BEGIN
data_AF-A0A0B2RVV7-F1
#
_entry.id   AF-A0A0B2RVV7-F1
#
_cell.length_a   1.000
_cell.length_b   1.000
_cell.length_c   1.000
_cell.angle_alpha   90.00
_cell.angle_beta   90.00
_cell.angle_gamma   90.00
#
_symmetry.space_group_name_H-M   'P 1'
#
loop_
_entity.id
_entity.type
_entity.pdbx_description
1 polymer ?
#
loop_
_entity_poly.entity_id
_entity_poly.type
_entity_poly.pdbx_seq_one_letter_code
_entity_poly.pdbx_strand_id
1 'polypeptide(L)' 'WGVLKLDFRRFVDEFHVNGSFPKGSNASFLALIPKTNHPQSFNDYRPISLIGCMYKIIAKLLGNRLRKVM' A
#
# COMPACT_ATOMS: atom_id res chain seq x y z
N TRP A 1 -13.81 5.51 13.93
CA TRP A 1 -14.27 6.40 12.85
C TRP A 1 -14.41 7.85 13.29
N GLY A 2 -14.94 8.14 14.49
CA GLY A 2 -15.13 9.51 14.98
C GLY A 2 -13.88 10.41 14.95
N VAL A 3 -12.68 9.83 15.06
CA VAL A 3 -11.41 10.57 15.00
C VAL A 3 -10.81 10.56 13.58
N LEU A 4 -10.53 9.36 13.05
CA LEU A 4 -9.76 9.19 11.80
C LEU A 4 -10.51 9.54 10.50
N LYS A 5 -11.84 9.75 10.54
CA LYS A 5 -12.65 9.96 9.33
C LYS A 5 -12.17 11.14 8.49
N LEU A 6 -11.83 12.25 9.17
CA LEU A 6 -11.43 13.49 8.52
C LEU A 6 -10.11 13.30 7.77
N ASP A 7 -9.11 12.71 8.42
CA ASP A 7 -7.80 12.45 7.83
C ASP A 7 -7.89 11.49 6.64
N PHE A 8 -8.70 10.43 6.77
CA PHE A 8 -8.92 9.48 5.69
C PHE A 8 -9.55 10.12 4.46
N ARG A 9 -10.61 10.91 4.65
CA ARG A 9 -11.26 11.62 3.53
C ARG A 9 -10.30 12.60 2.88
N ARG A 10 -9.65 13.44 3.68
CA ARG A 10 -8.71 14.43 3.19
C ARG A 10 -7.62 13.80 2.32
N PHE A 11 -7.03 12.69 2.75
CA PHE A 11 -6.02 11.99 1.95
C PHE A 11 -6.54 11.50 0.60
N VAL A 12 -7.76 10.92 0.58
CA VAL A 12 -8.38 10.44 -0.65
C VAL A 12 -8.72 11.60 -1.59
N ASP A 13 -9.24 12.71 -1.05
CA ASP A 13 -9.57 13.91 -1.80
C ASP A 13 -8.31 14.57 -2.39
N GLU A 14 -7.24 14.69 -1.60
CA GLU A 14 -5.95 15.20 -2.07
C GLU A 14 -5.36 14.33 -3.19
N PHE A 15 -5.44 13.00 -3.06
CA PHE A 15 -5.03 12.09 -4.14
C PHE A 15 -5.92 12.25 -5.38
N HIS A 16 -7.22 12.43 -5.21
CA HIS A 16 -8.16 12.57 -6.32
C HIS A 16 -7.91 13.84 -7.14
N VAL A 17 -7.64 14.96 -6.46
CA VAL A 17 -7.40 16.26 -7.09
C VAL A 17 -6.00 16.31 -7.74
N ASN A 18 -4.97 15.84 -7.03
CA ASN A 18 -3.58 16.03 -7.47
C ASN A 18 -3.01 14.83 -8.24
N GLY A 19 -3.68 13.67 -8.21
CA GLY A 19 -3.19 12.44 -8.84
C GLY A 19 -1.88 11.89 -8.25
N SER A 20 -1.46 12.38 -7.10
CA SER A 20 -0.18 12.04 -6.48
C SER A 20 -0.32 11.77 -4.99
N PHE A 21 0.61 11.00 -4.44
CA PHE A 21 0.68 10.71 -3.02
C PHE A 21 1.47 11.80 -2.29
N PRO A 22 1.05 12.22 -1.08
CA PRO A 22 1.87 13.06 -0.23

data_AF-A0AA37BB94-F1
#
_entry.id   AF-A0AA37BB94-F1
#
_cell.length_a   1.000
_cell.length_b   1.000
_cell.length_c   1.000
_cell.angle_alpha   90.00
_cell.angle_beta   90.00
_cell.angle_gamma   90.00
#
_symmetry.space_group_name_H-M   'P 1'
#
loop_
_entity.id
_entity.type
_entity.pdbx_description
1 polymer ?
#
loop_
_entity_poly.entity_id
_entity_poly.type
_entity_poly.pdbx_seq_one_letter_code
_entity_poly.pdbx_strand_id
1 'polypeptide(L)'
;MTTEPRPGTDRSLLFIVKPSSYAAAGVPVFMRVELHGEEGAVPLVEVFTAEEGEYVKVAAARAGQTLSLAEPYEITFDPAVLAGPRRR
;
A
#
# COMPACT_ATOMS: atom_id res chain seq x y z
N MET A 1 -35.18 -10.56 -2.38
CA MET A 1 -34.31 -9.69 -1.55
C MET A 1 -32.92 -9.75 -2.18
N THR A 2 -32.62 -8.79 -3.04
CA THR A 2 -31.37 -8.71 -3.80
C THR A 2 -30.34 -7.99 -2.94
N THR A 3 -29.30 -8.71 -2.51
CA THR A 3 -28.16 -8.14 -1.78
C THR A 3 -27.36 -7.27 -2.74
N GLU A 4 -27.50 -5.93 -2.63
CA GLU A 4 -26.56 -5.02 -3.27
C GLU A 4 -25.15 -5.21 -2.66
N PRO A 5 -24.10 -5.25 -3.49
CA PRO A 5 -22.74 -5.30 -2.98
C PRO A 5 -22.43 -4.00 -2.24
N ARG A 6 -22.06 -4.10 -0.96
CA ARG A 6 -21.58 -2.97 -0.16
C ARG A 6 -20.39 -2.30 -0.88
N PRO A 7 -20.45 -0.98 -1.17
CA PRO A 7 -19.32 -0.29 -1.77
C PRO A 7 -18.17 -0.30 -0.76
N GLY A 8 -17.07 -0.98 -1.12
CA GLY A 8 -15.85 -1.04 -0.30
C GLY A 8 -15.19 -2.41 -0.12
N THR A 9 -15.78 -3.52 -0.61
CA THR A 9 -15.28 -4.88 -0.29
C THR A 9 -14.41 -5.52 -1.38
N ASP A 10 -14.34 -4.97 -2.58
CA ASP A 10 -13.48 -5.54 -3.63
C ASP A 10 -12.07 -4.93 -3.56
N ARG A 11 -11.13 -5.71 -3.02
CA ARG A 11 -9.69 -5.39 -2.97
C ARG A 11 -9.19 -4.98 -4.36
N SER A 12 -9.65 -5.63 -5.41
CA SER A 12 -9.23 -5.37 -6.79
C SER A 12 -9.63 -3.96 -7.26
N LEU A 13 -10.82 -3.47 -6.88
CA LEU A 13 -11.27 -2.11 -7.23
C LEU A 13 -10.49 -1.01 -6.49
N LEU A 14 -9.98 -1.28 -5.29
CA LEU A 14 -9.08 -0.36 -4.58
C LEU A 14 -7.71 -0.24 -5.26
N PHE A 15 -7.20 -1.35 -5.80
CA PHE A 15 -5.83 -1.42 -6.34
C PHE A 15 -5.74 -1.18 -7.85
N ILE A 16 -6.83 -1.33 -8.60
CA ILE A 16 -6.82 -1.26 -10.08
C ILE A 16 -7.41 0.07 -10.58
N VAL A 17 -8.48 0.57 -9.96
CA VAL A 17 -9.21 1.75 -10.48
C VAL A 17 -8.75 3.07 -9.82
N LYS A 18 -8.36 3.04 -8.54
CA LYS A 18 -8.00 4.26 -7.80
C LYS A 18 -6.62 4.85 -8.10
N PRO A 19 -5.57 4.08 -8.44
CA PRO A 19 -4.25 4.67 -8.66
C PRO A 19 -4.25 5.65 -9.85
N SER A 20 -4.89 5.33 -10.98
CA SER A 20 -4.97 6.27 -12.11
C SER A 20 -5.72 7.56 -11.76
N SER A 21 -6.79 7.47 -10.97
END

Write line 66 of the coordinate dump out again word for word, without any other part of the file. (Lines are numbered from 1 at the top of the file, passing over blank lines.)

C ASP A 13 -8.31 14.57 -2.39